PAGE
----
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2 of 2 people found the following review helpful By Danel P. Olson on 20 July 2010
Format: Paperback
As another reviewer put it, this truly is a book to savour. One could, for instance, suitably chew on Godiva chocolate as the characters muse, sometimes hilariously, on Coventry's famed Lady Godiva.
I am enjoying re-reading it now, a year after I first encountered its truly alive Vine family. I find myself pausing at the end of lines wondering, "Just how did Graham Joyce do this?" He certainly has ears that hear all, and the dialogue seems like the people of Coventry actually speaking to us.
It is all a terrific accomplishment that will make you an instant fan of his.
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1 of 1 people found the following review helpful By Dearbhla on 4 July 2005
Format: Paperback
I've read a few books now by Joyce, and this has to be my favourite so far. Set during, and just after, the London Blitz of WWI, this book tells the story of Cassie, her family, and her son Frank.
We first meet Cassie as she is about to give up her child to another family. She has already had a daughter who was taken in by a childless couple. But as she watches the minutes tick by, she decides to keep her son. Arriving home to her family she tells them all she is keeping Frank. Her mother, Martha, decides that maybe there is something special about Frank, so she agrees, provided the six other daughters help out with raising Frank.
As a result we see the lies of this family through Frank's eyes as he moves from sister to sister, from farmlife to the almost pristine house of his twin aunts, to a commune. It soon becomes clear that Frank has inherited some of his mother's feyness and some of his grandmother's ability to talk to the dead.
There is some wonderful writing in this book, when Frank tries to imitate his pregnant Aunt peeing for example. Comic touches can be found everywhere, as can potential threats to Frank and the family
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1 of 1 people found the following review helpful By J. Williamson on 9 Feb. 2007
Format: Paperback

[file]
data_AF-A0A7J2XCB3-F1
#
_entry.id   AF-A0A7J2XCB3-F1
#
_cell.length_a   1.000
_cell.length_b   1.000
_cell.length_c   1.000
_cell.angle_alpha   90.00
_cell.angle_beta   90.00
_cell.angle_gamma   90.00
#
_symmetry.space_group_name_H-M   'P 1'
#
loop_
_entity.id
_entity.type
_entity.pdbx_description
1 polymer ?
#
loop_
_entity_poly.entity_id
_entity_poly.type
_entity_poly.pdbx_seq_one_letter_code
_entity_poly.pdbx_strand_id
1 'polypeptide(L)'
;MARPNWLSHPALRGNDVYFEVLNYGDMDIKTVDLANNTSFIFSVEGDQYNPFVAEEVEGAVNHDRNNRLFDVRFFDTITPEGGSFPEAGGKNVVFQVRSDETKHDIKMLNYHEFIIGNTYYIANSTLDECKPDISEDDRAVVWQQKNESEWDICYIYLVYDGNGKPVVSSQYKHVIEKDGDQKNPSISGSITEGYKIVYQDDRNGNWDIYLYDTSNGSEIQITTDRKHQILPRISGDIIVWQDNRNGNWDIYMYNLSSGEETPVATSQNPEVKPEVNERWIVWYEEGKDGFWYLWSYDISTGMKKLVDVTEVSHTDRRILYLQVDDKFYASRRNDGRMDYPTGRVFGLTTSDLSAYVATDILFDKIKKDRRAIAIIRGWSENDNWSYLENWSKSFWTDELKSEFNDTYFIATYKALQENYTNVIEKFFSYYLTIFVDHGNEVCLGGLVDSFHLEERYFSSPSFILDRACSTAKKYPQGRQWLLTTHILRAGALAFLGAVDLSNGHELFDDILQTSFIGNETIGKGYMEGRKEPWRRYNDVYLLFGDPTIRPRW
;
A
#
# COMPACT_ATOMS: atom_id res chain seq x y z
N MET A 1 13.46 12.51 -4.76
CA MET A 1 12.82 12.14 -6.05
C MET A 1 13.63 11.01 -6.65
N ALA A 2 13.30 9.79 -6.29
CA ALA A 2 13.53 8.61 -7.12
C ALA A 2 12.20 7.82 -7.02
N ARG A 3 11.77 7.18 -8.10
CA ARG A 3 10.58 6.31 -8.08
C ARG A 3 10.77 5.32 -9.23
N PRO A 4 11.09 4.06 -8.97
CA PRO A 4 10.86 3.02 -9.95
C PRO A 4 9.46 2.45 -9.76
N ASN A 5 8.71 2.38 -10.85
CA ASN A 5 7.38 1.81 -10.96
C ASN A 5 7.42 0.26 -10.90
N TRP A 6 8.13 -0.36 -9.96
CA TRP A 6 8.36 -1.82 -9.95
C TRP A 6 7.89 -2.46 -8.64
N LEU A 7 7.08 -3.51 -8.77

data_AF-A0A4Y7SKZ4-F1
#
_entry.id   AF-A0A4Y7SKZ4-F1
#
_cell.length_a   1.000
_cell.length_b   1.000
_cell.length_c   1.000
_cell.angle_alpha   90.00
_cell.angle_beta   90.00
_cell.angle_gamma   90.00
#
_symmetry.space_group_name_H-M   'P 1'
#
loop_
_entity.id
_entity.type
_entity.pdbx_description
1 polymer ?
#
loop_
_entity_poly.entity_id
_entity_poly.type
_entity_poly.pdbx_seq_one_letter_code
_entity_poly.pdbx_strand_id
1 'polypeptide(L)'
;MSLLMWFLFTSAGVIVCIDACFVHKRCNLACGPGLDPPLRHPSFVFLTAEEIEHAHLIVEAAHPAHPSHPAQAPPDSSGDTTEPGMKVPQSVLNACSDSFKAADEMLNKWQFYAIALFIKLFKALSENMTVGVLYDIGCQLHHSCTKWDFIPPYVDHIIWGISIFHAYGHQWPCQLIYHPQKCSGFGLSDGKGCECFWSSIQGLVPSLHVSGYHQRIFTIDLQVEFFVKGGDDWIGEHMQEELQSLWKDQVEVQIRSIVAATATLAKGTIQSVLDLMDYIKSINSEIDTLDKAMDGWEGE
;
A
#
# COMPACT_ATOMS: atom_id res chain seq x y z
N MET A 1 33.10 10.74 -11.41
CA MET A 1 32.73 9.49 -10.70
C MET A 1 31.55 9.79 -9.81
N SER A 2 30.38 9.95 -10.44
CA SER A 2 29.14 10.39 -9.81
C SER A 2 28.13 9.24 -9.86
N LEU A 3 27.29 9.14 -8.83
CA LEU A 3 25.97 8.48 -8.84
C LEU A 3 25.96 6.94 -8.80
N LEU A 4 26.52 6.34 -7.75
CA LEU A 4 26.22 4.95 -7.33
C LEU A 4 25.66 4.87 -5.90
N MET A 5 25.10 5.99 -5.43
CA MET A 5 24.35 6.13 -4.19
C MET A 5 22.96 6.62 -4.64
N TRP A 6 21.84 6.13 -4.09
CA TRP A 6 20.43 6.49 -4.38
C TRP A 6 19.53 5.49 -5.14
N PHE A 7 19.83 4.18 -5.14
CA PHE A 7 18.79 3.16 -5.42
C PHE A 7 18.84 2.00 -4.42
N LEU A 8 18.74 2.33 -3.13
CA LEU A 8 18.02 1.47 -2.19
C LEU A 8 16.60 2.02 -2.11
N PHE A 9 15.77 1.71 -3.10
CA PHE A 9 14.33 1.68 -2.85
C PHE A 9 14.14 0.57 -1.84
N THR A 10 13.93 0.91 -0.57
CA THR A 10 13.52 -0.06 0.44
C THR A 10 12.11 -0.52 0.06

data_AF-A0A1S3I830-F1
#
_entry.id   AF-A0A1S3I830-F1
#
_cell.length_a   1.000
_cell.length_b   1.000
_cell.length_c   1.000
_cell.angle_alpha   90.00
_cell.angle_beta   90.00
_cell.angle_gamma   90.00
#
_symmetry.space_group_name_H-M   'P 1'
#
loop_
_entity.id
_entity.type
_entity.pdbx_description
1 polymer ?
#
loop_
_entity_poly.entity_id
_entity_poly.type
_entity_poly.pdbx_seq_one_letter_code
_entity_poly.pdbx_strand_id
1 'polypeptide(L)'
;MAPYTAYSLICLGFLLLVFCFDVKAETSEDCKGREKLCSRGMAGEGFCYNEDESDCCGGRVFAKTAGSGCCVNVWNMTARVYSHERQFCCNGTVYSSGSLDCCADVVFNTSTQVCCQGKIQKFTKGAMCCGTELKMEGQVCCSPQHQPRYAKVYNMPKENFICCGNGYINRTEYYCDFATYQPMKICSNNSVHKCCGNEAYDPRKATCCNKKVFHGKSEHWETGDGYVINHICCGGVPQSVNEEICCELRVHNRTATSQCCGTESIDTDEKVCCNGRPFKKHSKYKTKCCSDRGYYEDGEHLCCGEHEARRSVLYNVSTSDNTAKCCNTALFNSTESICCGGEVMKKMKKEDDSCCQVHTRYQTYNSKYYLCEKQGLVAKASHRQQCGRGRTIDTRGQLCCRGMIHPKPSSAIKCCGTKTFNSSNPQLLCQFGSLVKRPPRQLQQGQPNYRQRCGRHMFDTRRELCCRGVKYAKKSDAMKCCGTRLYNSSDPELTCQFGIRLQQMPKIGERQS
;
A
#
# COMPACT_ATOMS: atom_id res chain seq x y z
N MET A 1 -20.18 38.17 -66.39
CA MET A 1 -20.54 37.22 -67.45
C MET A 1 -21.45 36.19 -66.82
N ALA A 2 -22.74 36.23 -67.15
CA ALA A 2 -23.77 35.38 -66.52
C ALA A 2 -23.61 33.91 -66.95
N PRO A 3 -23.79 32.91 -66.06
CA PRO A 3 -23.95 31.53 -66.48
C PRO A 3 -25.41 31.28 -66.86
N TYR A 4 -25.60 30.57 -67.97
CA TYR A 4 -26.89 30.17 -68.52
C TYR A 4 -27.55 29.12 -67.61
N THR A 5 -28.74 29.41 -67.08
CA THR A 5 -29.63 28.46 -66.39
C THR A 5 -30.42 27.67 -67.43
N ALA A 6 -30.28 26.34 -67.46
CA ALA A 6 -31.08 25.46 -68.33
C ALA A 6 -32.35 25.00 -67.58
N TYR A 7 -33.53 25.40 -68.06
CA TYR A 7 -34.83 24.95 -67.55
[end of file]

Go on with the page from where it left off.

Just like a luscious belgian chocolate or a fine glass of wine, this book should be savoured and read slowly. Each chapter is so beautifully written and yet it appears to have been so effortlessly created. This is a story of a family you will remember for a long time. Each character is meticulously drawn with both humour and honesty. This was the first novel by Graham Joyce I had read but I will be searching for another one very soon.
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Format: Kindle Edition Verified Purchase
Feeling shocked and quite impotent at the sad news of the horribly premature death of Graham Joyce I sat down to read what I believe to be his finest book for a second time. Whether it is still his best work, they are all so damned good, is of course open to debate but what is for certain is that 'The Facts of Life' is a particularly well crafted piece of writing and story telling. As ever with Joyce's work, the characters are as beautifully drawn as the landscape they inhabit and the plot quickly grabs one's imagination making this a very difficult book to put down. Part ghost story, part fantasy and part social commentary/history, this novel, set largely in wartime and post war Coventry, includes - amongst many other aspects - some of the most vivid and harrowing descriptions of life in wartime Britain that I have ever read. With next year witnessing the 70th anniversary of the end of WWII the filming of this work would surely make a very fitting and lasting tribute to the memory of both the late, great Graham Joyce and the almost forgotten casualties of places like Coventry, Liverpool and - let's not forget - Dresden, from barely a lifetime ago. Perhaps politicians throughout the world would do well to read the author's account of the horrific bombing of Coventry, surely passed down via first hand local and family recollection, before glibly announcing yet another 'wave of air strikes'.